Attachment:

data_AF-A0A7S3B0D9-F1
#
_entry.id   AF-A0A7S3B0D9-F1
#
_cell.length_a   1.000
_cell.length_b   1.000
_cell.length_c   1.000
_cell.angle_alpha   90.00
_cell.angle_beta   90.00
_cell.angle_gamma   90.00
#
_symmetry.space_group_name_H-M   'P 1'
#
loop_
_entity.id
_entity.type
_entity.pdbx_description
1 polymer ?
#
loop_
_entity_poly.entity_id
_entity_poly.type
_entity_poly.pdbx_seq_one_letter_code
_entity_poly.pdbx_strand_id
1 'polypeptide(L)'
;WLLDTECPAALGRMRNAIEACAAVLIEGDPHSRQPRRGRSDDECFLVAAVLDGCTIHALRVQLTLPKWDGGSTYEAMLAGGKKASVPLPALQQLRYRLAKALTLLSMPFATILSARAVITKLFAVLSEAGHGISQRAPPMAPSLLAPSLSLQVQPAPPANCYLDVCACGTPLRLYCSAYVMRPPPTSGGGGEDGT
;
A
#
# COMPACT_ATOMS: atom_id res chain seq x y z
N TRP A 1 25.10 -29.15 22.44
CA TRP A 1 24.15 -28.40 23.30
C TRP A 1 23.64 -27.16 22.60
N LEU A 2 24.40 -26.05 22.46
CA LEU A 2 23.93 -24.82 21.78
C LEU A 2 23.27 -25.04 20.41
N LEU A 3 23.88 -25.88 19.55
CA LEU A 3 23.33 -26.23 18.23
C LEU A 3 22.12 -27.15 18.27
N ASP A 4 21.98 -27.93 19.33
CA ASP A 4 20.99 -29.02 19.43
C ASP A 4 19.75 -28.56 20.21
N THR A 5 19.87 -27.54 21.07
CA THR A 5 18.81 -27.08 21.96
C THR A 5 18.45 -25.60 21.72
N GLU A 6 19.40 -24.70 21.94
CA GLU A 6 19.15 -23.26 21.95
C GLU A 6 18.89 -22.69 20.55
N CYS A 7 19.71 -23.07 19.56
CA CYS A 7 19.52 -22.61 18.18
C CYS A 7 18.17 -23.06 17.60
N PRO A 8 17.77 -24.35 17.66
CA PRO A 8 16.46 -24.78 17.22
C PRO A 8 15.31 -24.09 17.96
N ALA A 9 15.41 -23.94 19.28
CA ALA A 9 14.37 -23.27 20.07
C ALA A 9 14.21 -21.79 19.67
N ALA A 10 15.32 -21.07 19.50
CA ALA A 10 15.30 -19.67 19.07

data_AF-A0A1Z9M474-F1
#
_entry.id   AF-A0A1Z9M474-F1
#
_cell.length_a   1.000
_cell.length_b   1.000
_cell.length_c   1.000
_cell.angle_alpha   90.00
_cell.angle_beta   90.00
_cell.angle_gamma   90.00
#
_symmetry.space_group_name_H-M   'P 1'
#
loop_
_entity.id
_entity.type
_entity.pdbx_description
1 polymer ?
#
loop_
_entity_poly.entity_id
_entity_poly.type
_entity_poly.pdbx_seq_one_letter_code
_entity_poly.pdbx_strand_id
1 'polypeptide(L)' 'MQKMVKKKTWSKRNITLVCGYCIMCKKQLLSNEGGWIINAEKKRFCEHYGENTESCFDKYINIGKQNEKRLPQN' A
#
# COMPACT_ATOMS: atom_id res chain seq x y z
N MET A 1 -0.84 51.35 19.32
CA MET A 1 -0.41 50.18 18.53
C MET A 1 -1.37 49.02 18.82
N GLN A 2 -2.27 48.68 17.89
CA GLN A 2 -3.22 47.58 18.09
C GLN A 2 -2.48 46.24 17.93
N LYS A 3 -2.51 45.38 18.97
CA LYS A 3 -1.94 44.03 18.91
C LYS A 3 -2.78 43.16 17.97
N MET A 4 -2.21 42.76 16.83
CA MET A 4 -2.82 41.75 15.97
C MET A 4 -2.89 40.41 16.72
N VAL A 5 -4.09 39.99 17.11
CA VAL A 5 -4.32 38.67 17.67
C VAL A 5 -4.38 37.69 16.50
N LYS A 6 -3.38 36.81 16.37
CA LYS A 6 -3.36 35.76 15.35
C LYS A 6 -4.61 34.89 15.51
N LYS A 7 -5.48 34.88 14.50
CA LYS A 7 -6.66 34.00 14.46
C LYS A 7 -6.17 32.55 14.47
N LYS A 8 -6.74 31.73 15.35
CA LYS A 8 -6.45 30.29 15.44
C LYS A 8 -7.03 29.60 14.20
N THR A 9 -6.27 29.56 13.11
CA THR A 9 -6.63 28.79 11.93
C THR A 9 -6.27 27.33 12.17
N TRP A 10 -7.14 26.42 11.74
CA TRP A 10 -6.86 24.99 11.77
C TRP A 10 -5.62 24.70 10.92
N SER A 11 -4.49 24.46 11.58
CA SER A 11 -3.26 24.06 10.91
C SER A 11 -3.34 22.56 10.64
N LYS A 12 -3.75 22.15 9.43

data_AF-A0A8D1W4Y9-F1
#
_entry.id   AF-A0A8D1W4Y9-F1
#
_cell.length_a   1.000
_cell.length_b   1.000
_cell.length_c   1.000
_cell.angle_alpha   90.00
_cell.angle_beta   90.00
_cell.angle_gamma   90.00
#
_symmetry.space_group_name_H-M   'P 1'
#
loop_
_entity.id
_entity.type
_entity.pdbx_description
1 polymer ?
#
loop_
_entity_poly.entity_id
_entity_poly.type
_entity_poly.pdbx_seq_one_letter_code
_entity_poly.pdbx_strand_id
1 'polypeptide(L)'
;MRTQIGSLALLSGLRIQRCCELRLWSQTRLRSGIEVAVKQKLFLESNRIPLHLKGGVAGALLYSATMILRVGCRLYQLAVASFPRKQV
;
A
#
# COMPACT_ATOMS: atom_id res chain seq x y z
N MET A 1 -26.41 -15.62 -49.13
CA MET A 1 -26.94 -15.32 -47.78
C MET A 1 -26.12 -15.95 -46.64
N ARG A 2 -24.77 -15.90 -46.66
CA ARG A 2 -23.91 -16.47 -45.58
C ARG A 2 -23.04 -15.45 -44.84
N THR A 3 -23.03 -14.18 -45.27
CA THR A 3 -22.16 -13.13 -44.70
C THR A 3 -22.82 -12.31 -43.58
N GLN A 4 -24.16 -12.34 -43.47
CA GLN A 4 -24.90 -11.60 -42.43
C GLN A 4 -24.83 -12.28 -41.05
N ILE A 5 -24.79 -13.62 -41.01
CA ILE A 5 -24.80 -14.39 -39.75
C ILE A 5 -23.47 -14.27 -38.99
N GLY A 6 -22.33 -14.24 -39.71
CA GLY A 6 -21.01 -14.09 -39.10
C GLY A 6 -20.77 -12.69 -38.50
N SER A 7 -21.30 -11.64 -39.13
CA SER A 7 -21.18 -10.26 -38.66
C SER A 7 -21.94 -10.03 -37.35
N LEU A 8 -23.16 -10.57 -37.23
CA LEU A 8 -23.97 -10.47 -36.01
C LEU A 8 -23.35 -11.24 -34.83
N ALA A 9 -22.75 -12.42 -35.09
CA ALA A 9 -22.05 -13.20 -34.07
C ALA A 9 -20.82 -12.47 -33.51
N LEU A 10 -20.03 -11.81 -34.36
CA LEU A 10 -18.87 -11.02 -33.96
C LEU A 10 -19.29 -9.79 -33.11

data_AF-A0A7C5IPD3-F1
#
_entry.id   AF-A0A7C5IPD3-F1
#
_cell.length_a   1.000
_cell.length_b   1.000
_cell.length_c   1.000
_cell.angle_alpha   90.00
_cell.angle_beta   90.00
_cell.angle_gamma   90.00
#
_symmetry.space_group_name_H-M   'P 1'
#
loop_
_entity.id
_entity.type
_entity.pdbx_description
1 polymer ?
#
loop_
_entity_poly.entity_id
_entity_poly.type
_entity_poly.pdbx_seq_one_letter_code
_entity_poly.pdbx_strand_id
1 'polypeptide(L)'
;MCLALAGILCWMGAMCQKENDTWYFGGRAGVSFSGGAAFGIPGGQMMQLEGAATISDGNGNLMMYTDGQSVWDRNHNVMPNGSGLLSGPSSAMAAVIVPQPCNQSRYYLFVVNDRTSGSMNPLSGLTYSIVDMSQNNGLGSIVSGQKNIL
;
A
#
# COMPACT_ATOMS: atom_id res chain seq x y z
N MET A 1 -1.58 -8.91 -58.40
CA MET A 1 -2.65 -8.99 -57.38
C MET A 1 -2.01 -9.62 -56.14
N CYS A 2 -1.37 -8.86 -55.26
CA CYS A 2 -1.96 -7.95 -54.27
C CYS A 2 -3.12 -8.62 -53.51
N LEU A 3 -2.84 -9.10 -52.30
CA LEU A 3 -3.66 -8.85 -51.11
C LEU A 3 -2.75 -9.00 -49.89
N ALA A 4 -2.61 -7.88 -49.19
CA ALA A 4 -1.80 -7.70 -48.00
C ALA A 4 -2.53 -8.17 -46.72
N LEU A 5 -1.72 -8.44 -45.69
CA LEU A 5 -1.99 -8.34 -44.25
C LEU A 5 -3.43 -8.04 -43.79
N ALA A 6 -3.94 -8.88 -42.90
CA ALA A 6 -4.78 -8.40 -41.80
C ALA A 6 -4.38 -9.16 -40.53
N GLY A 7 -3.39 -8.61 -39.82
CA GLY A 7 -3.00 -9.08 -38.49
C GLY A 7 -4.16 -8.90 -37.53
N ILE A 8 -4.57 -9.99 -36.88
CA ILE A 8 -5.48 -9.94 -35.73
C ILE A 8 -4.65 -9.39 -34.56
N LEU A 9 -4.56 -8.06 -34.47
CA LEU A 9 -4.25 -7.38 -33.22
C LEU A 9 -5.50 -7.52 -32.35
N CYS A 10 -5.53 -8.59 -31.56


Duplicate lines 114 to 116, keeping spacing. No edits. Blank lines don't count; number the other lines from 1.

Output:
N TRP A 10 -7.14 26.42 11.74
CA TRP A 10 -6.86 24.99 11.77
C TRP A 10 -5.62 24.70 10.92